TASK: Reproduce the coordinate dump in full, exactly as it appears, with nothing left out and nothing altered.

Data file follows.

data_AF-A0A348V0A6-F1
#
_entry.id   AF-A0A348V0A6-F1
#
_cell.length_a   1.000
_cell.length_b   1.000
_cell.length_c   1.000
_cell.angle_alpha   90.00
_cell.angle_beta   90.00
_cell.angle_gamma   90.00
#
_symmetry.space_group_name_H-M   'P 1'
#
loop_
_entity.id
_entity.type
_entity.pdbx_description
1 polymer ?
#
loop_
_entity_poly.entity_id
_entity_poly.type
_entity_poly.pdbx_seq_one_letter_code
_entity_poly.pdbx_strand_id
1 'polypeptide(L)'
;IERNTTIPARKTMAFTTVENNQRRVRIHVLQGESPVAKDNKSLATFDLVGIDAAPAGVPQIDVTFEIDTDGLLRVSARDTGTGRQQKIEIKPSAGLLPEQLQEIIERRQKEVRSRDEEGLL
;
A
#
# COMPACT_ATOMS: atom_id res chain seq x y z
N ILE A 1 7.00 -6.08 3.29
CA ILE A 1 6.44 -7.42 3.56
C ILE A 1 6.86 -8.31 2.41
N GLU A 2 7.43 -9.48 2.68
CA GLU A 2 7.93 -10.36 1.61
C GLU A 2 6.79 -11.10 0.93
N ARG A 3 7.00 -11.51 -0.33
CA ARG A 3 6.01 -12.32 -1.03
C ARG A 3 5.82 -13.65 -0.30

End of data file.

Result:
data_AF-A0A348V0A6-F1
#
_entry.id   AF-A0A348V0A6-F1
#
_cell.length_a   1.000
_cell.length_b   1.000
_cell.length_c   1.000
_cell.angle_alpha   90.00
_cell.angle_beta   90.00
_cell.angle_gamma   90.00
#
_symmetry.space_group_name_H-M   'P 1'
#
loop_
_entity.id
_entity.type
_entity.pdbx_description
1 polymer ?
#
loop_
_entity_poly.entity_id
_entity_poly.type
_entity_poly.pdbx_seq_one_letter_code
_entity_poly.pdbx_strand_id
1 'polypeptide(L)'
;IERNTTIPARKTMAFTTVENNQRRVRIHVLQGESPVAKDNKSLATFDLVGIDAAPAGVPQIDVTFEIDTDGLLRVSARDTGTGRQQKIEIKPSAGLLPEQLQEIIERRQKEVRSRDEEGLL
;
A
#
# COMPACT_ATOMS: atom_id res chain seq x y z
N ILE A 1 7.00 -6.08 3.29
CA ILE A 1 6.44 -7.42 3.56
C ILE A 1 6.86 -8.31 2.41
N GLU A 2 7.43 -9.48 2.68
CA GLU A 2 7.93 -10.36 1.61
C GLU A 2 6.79 -11.10 0.93
N ARG A 3 7.00 -11.51 -0.33
CA ARG A 3 6.01 -12.32 -1.03
C ARG A 3 5.82 -13.65 -0.30